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| Last Updated:03/02/2014

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Health and hygiene in times of migration

MOHAMED NAZEER, The Hindu, 01 February 2014


Health workers say more targeted interventions are necessary to prevent the outbreak of diseases among migrant workers. The photo shows workers from Odisha in front of their small room at Thalikkavu in Kannur. Photo: S.K. Mohan


Epidemic outbreak looms large as unhealthy living spaces mix with poor hygiene


KANNUR: The presence of inter-State migrant workers in every job sphere has thrown up a range of health and hygiene issues.


The State had an estimated 25 lakh migrant workers. The poor living conditions and poorer sanitation facilities in the largely unhygienic places where these workers lived necessitated urgent intervention by the Health Department and local bodies.


The Labour and Health Departments had been taking steps to bring to light and deal with such health and hygiene issues. The Health Department here had started preparing a baseline data on the migrant worker population in different parts of the district through Primary Health Centres.


Health survey


“We have already raised our concern over the poor hygiene and sanitation facilities available in places where migrant labourers live in large numbers,” District Medical Officer K.J. Reena said. Measures are being taken in view of the possibility of the outbreak of infectious diseases such as malaria, dengue, and hepatitis A, Dr. Reena said adding that a health survey among the migrant worker population was planned. Official figures provided by Health officials here said there were 200 cases of malaria, 231 cases of hepatitis A (jaundice), and over 100 cases of dengue fever in the district last year. The number of malaria cases among migrant workers was high. Health awareness campaigns had been conducted in areas such as Valapattanam where migrant workers lived in large numbers to work in plywood factories. As these workers are largely floating, it was not easy to locate them, they said.


The rooms or buildings where the workers lived left a lot to be desired, D. Krishnanadha Pai, president, Malabar Cancer Care Society (MCCS), said.


Poor sanitation


MCCS had conducted medical camps for migrant labourers in the district as part of a targeted intervention project under the National AIDS Control Programme. They stayed in small rooms with no sanitation facilities, he said adding that the lack of such facilities posed a major health risk. The MCCS had conducted health education programmes for migrant workers, which included counselling sessions and medical camps.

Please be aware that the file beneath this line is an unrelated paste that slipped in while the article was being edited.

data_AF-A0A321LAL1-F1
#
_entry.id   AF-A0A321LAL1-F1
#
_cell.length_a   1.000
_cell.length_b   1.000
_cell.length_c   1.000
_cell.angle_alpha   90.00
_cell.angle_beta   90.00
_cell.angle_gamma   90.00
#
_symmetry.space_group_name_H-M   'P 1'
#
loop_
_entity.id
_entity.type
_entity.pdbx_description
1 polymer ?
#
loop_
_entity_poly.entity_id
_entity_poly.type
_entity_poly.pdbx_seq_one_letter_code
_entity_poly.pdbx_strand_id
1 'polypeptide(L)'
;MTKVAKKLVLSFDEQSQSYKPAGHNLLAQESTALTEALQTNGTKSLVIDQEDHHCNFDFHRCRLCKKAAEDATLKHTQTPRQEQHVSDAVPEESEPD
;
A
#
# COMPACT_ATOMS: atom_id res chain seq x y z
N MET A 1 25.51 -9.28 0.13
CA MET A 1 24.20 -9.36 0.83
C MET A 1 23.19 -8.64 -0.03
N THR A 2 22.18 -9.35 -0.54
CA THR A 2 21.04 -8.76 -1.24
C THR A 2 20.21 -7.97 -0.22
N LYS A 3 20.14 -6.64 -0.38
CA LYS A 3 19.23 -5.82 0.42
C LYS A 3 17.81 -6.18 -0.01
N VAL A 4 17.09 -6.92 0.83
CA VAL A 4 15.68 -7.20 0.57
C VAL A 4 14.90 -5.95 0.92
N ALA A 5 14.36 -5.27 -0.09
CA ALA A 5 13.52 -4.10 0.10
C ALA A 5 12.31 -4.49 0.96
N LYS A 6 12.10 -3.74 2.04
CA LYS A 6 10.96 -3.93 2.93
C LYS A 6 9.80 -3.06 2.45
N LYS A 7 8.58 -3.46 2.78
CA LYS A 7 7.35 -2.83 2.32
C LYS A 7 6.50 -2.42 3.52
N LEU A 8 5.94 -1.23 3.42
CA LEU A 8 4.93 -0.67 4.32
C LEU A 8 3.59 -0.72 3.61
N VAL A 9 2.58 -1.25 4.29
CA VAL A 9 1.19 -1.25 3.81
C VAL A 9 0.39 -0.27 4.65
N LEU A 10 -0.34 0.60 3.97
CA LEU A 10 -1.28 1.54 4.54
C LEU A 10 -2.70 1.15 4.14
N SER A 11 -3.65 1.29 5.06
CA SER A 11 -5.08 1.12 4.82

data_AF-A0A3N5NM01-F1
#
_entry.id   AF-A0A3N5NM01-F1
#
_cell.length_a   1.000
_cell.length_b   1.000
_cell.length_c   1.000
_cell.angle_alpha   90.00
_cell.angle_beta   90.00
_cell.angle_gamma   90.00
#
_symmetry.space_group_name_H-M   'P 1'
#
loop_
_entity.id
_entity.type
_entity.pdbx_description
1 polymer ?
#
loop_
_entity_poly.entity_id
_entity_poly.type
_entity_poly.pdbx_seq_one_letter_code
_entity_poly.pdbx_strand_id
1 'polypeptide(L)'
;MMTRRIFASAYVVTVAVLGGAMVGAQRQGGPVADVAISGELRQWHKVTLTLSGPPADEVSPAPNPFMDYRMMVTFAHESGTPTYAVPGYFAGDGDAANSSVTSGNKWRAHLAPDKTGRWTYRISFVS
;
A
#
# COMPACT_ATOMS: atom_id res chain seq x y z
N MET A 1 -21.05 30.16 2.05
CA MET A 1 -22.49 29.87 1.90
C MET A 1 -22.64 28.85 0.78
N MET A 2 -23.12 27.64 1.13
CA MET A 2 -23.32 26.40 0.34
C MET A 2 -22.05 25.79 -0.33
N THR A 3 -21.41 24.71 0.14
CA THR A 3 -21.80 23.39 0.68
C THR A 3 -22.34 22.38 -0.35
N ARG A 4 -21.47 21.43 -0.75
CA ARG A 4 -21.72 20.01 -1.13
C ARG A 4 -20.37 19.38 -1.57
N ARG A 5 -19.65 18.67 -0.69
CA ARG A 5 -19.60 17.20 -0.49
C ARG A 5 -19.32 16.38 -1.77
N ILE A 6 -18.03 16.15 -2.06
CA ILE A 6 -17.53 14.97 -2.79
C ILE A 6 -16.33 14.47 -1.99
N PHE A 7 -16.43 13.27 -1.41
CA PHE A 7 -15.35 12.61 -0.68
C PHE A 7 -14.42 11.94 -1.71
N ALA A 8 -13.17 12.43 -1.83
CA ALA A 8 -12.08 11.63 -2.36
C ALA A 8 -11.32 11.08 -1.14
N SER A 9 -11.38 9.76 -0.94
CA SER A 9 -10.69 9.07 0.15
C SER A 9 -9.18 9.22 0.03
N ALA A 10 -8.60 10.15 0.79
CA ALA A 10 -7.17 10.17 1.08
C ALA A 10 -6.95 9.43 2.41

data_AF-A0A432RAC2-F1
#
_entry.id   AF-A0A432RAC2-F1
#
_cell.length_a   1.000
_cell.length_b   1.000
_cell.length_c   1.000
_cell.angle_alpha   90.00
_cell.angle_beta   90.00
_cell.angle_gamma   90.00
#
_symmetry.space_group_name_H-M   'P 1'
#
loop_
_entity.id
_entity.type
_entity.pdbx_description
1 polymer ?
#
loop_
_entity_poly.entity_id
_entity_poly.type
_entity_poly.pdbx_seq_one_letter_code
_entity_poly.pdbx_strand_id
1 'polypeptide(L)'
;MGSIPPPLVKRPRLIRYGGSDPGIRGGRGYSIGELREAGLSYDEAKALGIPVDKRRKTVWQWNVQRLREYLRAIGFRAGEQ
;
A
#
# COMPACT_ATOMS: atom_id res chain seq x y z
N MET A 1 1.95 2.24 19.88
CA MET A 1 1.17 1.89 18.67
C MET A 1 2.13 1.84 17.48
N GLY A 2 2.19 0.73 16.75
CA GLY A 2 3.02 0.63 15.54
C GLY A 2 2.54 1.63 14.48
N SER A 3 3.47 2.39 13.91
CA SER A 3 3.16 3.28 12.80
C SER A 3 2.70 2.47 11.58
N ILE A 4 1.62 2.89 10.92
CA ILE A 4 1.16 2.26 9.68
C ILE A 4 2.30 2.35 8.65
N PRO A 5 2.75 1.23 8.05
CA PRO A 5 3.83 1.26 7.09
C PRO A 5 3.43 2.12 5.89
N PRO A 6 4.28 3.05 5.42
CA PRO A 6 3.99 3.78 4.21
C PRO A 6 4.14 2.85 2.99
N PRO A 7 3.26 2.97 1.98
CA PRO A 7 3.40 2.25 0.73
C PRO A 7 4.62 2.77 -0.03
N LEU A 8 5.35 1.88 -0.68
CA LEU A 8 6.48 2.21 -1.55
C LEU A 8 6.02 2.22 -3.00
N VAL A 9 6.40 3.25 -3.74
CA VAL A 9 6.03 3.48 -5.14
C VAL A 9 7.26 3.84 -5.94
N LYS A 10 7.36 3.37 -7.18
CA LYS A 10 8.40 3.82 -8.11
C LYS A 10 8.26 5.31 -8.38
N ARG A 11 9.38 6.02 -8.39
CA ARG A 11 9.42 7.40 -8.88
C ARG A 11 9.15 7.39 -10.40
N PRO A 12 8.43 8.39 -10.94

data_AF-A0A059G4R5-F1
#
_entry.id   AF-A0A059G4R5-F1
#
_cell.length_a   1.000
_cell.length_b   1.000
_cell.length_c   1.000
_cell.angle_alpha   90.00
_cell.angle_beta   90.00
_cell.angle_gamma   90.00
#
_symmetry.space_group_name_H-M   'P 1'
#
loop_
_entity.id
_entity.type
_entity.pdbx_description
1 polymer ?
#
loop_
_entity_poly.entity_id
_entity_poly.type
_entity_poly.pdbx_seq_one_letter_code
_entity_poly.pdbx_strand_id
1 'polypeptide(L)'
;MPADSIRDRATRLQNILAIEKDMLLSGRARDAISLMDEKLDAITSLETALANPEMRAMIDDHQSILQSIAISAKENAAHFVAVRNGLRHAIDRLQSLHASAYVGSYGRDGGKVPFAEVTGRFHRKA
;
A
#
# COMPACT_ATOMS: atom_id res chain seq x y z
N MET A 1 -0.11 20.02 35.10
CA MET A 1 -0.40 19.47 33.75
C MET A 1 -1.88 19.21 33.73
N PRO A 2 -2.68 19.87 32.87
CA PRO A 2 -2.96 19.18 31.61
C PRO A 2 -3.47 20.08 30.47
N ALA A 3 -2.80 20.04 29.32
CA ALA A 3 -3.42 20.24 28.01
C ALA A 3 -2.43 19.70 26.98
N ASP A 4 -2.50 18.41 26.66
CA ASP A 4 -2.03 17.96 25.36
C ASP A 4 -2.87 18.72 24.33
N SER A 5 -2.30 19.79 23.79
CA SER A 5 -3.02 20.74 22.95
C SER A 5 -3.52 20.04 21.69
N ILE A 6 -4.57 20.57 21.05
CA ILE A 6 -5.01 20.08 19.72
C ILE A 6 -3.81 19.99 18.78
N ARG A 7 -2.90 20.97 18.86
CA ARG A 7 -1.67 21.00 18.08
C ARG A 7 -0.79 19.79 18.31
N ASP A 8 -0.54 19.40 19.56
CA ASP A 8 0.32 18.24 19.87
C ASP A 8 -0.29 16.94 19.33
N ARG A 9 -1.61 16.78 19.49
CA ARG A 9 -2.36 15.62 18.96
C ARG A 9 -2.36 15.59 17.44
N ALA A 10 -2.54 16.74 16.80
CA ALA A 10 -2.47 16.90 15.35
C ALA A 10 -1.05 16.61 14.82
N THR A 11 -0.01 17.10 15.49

The number of migrant workers had grown phenomenally since, Mr. Pai said. Pradeep Kumar Pradhaan from Odisha, in Kannur for nearly four years now, had lived with five other migrant workers from that State in a room hardly the size of a normal bedroom at Thalikkavu here.


All of them worked in the construction sector. They cooked and slept in the small room. Conversing in broken Malayalam, he expressed no complaints about his work or his living condition.




Labour Department officials here said it was very difficult to figure out the exact number of migrant labourers in the district. The department had intervened to ensure proper facilities to workers here. It conducted medical camps recently at Pappinissery and Pazhayangadi. In some sectors, nearly 70 per cent of the workforce comprised migrant labourers and they were largely content with their work and wages, District Labour Officer Baby Castro said. The department officials occasionally inspected the facilities provided by their employers and contractors to ensure that proper sanitation and other basic amenities were provided, he said. The department had the power to invoke the Inter-State Migrant Workmen (Regulation of Employment and Conditions of Service) Act, the Contract Labour (Regulation and Abolition) Act, and the Building and Other Construction Workers (Regulation of Employment and Conditions of Service) Act to ensure that the employer/contractor complied with the statutory liabilities, Mr. Castro said.


Though the workers in the construction field were entitled to welfare scheme benefits under the Construction Workers Welfare Scheme, the number of workers who used these was very low, he said.


Development of labour camp-type facilities to be rented to employers/contractors, to accommodate migrant workers, was a proposal being considered by the State government, official sources said.